Emerald Coast of Florida draws the big names of golf course design
DESTIN, Fla. -- Known as the Emerald Coast, the Destin/Panama City-area, might be one of the most underrated golf regions in the state of Florida. Anyone who visits knows, however, that the natural scenery, with its pure white-sandy beaches and emerald blue water, provides one of the most scenic vacation backdrops in the country.
Golf course architects have discovered that as well, and some of the country's most prolific designers have tried their hand on the Emerald Coast canvas. From Nicklaus to Fazio, the area is well-represented. What follows is a sampling of the works from some of the game's bigger names:
Bay Point Resort -- Jack Nicklaus
There are 36 holes at Bay Point Resort in Panama City, but the Nicklaus Course is the only one in Northwest Florida designed by Jack Nicklaus.
At nearly 7,200 yards, this beautiful course, which opened in 1986, offers five sets of tees and all the difficulty a player could want. Overlooking the Grand Lagoon and St. Andrews Bay, the course sprawls across rolling terrain covered with scrub oaks and tall Florida pines, through saltwater marshes and sandy white waste areas.
The 17th is one of the most memorable holes. Its "fish bowl" design requires a semi-blind shot to a green that is recessed below the surrounding landscape.
Burnt Pine at Sandestin -- Rees Jones
Open to resort guests of the Sandestin Golf and Beach Resort, the Rees Jones-designed Burnt Pine Golf Club is one of the few courses in the region that overseeds wall-to-wall in the winter. And that means incredibly lush conditions.
Even more impressive, however, is the design. Jones, known as the "Open Doctor" for his work on U.S. Open courses, created quite the test at Burnt Pine. Especially impressive is the back nine, which works through wetlands and Choctawhatchee Bay. The par 3s are particularly stunning.
Camp Creek -- Tom Fazio
Tom Fazio has designed well over 200 courses, but Camp Creek Golf Club, located near Panama City Beach not far from the WaterColor Inn and Resort, may be one of his best.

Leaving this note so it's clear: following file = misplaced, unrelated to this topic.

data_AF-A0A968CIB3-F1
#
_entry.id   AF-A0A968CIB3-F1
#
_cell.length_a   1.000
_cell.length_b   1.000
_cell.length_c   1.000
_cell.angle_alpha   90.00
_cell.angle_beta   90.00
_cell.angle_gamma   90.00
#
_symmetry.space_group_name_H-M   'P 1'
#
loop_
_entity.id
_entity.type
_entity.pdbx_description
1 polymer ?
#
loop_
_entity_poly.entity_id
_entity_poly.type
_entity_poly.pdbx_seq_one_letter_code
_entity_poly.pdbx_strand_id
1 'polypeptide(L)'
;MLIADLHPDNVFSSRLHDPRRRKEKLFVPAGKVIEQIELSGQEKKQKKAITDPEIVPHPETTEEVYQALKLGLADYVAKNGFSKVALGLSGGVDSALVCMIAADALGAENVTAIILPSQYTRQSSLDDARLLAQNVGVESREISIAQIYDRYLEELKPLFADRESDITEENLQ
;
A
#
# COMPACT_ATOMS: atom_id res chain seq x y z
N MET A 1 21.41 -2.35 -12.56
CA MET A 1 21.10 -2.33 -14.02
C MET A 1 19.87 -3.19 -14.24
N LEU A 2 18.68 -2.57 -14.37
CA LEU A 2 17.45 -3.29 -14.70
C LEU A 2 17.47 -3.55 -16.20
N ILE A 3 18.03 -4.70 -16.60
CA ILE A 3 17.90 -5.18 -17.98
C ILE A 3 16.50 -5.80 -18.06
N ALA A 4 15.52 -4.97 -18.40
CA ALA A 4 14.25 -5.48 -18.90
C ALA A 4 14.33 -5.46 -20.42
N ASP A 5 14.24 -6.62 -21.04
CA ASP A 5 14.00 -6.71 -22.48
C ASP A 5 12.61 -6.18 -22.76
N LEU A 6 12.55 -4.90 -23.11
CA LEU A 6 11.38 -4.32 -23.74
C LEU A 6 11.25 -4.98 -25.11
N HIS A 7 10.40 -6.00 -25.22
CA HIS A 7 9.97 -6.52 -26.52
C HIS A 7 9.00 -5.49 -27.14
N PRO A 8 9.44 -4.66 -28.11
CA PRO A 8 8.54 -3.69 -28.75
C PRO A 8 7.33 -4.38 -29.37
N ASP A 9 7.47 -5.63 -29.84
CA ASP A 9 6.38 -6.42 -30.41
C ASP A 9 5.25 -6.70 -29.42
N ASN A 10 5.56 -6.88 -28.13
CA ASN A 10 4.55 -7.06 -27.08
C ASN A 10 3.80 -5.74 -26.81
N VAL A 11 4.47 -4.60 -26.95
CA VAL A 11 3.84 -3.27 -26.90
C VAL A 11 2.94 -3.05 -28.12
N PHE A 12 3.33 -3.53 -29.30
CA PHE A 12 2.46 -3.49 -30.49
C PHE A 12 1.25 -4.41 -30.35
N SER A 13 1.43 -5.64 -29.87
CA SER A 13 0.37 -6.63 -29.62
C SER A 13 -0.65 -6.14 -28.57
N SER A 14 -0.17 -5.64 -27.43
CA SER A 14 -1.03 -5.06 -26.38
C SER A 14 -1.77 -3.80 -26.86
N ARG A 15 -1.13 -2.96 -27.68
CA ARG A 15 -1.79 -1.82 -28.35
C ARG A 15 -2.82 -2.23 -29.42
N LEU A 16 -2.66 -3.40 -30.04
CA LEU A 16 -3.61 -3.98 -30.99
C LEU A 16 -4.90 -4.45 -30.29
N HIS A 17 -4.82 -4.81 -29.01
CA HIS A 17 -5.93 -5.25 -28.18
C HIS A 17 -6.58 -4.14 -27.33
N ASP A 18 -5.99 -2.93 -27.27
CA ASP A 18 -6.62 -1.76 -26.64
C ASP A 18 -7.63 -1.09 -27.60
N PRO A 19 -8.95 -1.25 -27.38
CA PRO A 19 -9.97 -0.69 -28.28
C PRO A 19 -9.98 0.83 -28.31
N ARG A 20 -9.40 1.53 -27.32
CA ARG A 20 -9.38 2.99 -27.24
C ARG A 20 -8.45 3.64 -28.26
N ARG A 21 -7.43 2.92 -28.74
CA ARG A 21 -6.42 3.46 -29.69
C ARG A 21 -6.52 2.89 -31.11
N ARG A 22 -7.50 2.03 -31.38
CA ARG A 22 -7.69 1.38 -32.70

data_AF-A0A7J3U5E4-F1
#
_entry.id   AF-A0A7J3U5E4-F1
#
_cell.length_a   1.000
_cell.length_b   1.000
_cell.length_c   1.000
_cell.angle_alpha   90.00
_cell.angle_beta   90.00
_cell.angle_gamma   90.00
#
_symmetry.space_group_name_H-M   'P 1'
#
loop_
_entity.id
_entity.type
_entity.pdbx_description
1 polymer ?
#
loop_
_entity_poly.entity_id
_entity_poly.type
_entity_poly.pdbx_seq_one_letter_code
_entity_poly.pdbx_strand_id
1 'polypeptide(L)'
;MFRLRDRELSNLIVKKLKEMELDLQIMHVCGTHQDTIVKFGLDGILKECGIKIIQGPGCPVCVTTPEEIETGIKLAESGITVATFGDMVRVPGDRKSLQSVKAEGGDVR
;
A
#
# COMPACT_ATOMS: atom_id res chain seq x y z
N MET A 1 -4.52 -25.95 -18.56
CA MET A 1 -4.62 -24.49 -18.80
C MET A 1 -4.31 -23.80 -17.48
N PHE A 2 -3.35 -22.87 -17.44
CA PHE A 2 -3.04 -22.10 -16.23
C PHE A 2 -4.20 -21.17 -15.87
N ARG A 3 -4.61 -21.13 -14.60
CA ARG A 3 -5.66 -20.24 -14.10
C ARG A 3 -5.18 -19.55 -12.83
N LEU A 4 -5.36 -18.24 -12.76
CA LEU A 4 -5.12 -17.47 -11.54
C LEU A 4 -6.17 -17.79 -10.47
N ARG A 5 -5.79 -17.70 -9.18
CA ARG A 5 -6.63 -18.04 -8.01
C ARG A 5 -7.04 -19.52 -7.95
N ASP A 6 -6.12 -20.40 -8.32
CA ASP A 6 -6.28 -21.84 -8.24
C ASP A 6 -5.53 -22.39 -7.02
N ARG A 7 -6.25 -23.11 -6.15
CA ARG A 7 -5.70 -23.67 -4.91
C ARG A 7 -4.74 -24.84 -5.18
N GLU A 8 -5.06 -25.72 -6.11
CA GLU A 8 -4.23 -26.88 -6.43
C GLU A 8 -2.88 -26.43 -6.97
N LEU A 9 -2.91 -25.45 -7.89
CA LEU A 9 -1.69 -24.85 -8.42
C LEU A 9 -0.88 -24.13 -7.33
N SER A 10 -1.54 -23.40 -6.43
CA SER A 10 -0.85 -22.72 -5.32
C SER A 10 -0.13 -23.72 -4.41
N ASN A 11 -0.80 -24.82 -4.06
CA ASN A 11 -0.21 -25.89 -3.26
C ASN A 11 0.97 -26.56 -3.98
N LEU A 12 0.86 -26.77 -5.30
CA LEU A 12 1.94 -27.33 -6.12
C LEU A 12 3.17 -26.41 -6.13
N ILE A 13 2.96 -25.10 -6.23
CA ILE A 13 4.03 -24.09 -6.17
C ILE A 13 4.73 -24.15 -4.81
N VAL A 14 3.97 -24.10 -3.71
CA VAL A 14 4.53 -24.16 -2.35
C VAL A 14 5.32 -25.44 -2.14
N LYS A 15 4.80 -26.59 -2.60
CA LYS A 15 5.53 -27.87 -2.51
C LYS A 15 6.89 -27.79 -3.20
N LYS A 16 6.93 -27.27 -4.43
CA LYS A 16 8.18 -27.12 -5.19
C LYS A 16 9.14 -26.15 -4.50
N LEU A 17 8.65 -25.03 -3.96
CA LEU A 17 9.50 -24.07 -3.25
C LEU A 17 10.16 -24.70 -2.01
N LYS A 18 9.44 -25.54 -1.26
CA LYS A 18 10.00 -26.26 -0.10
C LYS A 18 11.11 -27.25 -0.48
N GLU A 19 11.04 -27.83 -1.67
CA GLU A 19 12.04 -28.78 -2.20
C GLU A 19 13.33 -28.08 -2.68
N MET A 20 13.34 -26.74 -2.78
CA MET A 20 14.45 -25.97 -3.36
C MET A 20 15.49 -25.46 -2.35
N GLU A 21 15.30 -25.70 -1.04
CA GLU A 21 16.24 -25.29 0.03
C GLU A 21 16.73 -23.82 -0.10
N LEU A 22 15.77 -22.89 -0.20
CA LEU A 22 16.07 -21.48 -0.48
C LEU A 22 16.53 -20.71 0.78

It's also one of the best public golf courses in Florida. If you like nature, no homes, large bunkers and greens, and plenty of water, this is your course. No two holes are alike, and it's very challenging.
With a slope/rating of 152/76 from the tips, Camp Creek is a perennial and difficult site for U.S. Open and Amateur qualifiers.
Emerald Bay Golf Club -- Bob Cupp
He might not be as well-known as Tom Fazio or Robert Trent Jones, but former American Society of Golf Course Architects president Bob Cupp has a pretty good resume, too, including Pumpkin Ridge in Oregon and Liberty National near Manhattan.
At 6,800-yards, Emerald Bay Golf Club in Destin, he faced the challenge of routing a course through a development but did a great job of using Choctawhatchee Bay in his design to create one of the best courses in the area.
Kelly Plantation -- Gene Bates
Designed by one of the country's most underrated architects, Kelly Plantation Golf Club ranks among northwest Florida's favorite tracks.
It's also a collaboration between Gene Bates and tour player Fred Couples, with whom Bates has worked with in the past. Like all Bates courses, Kelly Plantation is straightforward, uncomplicated, but certainly interesting with plenty of water, bunkers and risk-reward holes, challenging all players, especially at 7,100 yards.
Raven at Sandestin -- Robert Trent Jones Jr.
The Jones boys have certainly authored the two best courses at the Sandestin Golf and Beach Resort, and personal preference will likely determine how you rank the Raven Golf Club vs. Burnt Pine, a private course open to resort guests.
The best part is that the two courses are entirely different. With Raven, Robert Trent Jones Jr. created a course with softer lines, old-style bunkers and large undulating greens. The finishing stretch is particularly stunning, but there are plenty of highlights throughout, including a 203-yard island-green par 3.
Seascape Resort -- Joe Lee
In Florida, there aren't many architects as prolific as Joe Lee, and this 1969 design in Destin is a perfect example of Florida golf.
At Seascape Resort Lee made good use of views of the Gulf of Mexico as well as freshwater lakes and pine forests. The design is one that caters to all levels of players, especially beginners from the forward tees with few forced carries.